[The following open letter was issued by the below signatories to the members of the UNESCO World Heritage Committee on 3 June 2014.]

To the Honorable Members of the UNESCO World Heritage Committee:

We, the undersigned, representing the University of Virginia School of Law International Human Rights Law Clinic; Boston University School of Law Human Rights Clinic; and esteemed professionals in the fields of law, archeology, landscape architecture, geography, global studies, conflict resolution, political science, Arab studies, housing, physics, journalism, respectfully address the World Heritage Committee regarding the nomination of the village and landscape of Battir in the State of Palestine as a World Heritage Site in Danger.

The preservation of Battir is a matter of international concern, as underscored by the International Court of Justice in its Advisory Opinion on the Wall of 2004.1 The World Heritage Committee is called to take a decision at its 38th Session (Doha, Qatar, June 15-25, 2014) on the submission. The nominated site has been evaluated by ICOMOS with references to the many cultural heritage aspects of the site, such as ancient terraces and irrigation systems, as well as archaeological features and historic landscape values. ICOMOS’ May 2014 conclusion not to recommend the Battir landscape for safeguarding directly contradicts the opinion of the World Monument Fund (WMF) issued less than six months earlier. The WMF designated the landscape a 2014 World Monument Watch site at risk.2 We write to underscore the human rights concerns, including cultural and historical issues that require special consideration. We hope the concerns highlighted will weigh in further support for listing the Battir landscape as a World Heritage Site. Battir presents an extraordinary and urgent circumstance, and we respectfully request the World Heritage Committee give serious consideration to our submission.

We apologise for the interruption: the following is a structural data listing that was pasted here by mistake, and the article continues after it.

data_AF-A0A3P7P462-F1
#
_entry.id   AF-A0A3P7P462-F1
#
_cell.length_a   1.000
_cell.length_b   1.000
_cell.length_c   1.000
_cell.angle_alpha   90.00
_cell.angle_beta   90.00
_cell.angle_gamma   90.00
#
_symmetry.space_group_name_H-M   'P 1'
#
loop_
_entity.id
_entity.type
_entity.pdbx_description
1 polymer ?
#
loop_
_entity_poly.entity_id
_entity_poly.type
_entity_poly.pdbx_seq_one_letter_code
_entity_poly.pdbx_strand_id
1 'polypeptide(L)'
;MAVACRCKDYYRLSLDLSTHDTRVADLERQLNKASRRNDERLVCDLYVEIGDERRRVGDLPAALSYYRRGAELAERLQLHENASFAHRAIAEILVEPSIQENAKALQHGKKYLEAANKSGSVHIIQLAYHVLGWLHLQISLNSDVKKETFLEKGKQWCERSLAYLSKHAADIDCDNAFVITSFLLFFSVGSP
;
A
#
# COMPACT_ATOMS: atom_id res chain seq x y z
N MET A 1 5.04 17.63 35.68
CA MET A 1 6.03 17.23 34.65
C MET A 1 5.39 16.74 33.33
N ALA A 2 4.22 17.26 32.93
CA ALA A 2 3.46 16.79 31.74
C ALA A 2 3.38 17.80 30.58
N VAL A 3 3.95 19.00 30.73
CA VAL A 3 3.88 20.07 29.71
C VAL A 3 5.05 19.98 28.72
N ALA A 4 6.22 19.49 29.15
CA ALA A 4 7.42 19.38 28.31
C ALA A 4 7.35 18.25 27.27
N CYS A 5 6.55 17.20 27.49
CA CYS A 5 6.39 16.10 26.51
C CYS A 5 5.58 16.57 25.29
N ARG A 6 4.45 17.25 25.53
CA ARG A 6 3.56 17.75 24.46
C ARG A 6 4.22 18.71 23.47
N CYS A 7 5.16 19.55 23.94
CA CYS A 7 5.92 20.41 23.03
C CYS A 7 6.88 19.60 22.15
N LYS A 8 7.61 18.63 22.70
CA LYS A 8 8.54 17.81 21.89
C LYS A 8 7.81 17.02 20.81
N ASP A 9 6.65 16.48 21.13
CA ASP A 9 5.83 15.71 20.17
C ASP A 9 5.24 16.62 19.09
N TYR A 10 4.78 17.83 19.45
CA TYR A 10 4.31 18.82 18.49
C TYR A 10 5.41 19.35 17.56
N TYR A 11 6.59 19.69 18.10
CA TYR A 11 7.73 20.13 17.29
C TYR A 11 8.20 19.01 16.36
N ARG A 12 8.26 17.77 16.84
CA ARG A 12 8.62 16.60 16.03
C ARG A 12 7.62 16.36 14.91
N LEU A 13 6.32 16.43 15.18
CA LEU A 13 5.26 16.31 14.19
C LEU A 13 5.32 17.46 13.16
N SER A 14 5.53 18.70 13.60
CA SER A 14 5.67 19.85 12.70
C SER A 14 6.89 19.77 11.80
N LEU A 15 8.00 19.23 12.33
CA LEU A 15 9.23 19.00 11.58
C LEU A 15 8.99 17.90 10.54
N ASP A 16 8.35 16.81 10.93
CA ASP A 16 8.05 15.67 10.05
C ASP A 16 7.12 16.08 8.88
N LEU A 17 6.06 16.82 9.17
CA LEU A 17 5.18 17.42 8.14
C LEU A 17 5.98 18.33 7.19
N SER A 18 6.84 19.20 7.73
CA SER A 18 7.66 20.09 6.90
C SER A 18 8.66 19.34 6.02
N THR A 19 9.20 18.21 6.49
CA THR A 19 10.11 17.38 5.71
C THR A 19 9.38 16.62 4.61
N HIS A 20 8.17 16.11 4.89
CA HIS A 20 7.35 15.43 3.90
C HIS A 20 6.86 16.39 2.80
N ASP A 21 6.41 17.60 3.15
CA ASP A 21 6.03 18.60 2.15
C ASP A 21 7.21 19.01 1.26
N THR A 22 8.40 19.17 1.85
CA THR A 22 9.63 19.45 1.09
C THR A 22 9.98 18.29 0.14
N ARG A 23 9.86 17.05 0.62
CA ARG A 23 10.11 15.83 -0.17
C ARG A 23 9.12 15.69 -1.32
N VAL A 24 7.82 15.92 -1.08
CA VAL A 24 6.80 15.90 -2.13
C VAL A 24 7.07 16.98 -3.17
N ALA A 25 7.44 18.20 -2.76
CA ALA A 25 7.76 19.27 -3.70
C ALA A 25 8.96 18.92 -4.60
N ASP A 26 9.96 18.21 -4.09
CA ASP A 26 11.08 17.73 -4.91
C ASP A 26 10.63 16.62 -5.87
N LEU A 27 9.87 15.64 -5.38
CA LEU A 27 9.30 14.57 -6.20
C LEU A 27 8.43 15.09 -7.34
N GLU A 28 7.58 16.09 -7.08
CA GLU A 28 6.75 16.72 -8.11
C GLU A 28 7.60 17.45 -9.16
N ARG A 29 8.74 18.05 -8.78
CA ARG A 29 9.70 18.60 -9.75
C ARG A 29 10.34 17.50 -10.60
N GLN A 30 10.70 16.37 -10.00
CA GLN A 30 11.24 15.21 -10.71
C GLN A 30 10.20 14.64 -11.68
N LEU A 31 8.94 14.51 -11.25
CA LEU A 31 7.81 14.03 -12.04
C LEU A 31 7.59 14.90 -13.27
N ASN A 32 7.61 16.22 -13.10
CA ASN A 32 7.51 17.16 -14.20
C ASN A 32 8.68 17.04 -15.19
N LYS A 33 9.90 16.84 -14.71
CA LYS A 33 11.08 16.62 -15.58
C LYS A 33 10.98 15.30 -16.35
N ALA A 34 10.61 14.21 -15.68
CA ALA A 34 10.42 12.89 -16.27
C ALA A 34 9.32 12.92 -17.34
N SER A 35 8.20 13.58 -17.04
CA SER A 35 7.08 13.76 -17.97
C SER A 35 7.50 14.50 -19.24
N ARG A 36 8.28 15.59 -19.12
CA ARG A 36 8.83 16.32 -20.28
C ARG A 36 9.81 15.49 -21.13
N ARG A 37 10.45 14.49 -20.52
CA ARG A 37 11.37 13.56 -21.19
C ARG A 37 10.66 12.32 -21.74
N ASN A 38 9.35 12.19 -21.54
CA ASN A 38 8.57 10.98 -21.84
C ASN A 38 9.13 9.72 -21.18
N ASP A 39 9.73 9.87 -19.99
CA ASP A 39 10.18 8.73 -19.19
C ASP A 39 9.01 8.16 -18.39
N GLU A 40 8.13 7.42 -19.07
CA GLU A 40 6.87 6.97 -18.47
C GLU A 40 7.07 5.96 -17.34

We urge the World Heritage Committee, in addition to evaluating retrospective historical and present conditions, to consider a counterfactual prospective inquiry. Should Battir not be protected, the irreversible destruction of the site, and its living history in which its people engage, will be accelerated due to Israel’s plans for the Security Barrier.3

Human Rights are essential factors to consider in deciding whether to list Battir as a World Heritage Site

The impact of the planned Israeli measures to the historical landscape of Battir is a UNESCO concern. To fulfill UNESCO’s priority of mainstreaming human rights in all its areas of action,4 it is paramount for the World Heritage Committee to consider those human rights that fall directly under UNESCO’s competence. Inscription on the World Heritage List will aid in preventing violation of these rights in Battir. Cultural rights are protected human rights essential to human dignity and to self-determination, and are just as much a part of world heritage as are ancient olive groves and irrigation systems forming a unique terraced landscape.

The human right to cultural participation is guaranteed in the Universal Declaration of Human Rights and the International Covenant on Economic, Social and Cultural Rights (ICESCR), among other treaties: “Everyone has the right freely to participate in the cultural life of the community, to enjoy the arts and to share in scientific advancement and its benefits”.5 “To participate” is widely understood to include participation, access to, and contribution to cultural life, according to the Committee on Economic, Social and Cultural Rights.6 Access includes access to language, to education in cultural traditions, and to cultural resources like land, water and biodiversity.7 Furthermore, “In the Committee’s view, culture is a broad, inclusive concept encompassing all manifestations of human existence. The expression ‘cultural life’ is an explicit reference to culture as a living process, historical, dynamic and evolving, with a past, a present and a future”.8 The International Labour Organization and the Human Rights Committee have also defined “way[s] of life associated with the use of land resources” as a cultural right.9

In Battir, the land and water are the culture of its people. Neighbors share in an ancient tradition of water distribution, rotating access to the irrigation. Children tend to the gardens, alone, or with their mothers and fathers. Elders who grew up sleeping under the olive trees measure the water each day. Harvests facilitate intergenerational gatherings and engagement for those family members who have left Battir and return to participate in cultivation of the fields and other socio-economic activities with their community.